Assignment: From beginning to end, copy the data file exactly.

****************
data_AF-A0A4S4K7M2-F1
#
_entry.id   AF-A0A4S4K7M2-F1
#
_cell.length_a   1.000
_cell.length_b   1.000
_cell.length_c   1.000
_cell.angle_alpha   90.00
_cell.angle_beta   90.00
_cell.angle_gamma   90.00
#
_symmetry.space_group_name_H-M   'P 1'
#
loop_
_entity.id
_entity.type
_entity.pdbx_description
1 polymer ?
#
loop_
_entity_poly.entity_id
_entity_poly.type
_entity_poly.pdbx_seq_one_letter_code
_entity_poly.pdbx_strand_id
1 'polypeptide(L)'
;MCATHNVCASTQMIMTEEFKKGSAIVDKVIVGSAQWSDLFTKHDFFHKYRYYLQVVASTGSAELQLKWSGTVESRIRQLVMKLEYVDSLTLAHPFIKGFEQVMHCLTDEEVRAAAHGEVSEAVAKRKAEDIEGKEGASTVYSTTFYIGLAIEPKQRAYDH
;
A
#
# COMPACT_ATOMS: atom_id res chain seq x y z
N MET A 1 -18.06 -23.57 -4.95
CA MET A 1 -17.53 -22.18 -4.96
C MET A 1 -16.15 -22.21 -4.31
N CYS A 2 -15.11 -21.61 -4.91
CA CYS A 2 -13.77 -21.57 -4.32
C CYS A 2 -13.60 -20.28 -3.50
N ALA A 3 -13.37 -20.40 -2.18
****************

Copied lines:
data_AF-A0A4S4K7M2-F1
#
_entry.id   AF-A0A4S4K7M2-F1
#
_cell.length_a   1.000
_cell.length_b   1.000
_cell.length_c   1.000
_cell.angle_alpha   90.00
_cell.angle_beta   90.00
_cell.angle_gamma   90.00
#
_symmetry.space_group_name_H-M   'P 1'
#
loop_
_entity.id
_entity.type
_entity.pdbx_description
1 polymer ?
#
loop_
_entity_poly.entity_id
_entity_poly.type
_entity_poly.pdbx_seq_one_letter_code
_entity_poly.pdbx_strand_id
1 'polypeptide(L)'
;MCATHNVCASTQMIMTEEFKKGSAIVDKVIVGSAQWSDLFTKHDFFHKYRYYLQVVASTGSAELQLKWSGTVESRIRQLVMKLEYVDSLTLAHPFIKGFEQVMHCLTDEEVRAAAHGEVSEAVAKRKAEDIEGKEGASTVYSTTFYIGLAIEPKQRAYDH
;
A
#
# COMPACT_ATOMS: atom_id res chain seq x y z
N MET A 1 -18.06 -23.57 -4.95
CA MET A 1 -17.53 -22.18 -4.96
C MET A 1 -16.15 -22.21 -4.31
N CYS A 2 -15.11 -21.61 -4.91
CA CYS A 2 -13.77 -21.57 -4.32
C CYS A 2 -13.60 -20.28 -3.50
N ALA A 3 -13.37 -20.40 -2.18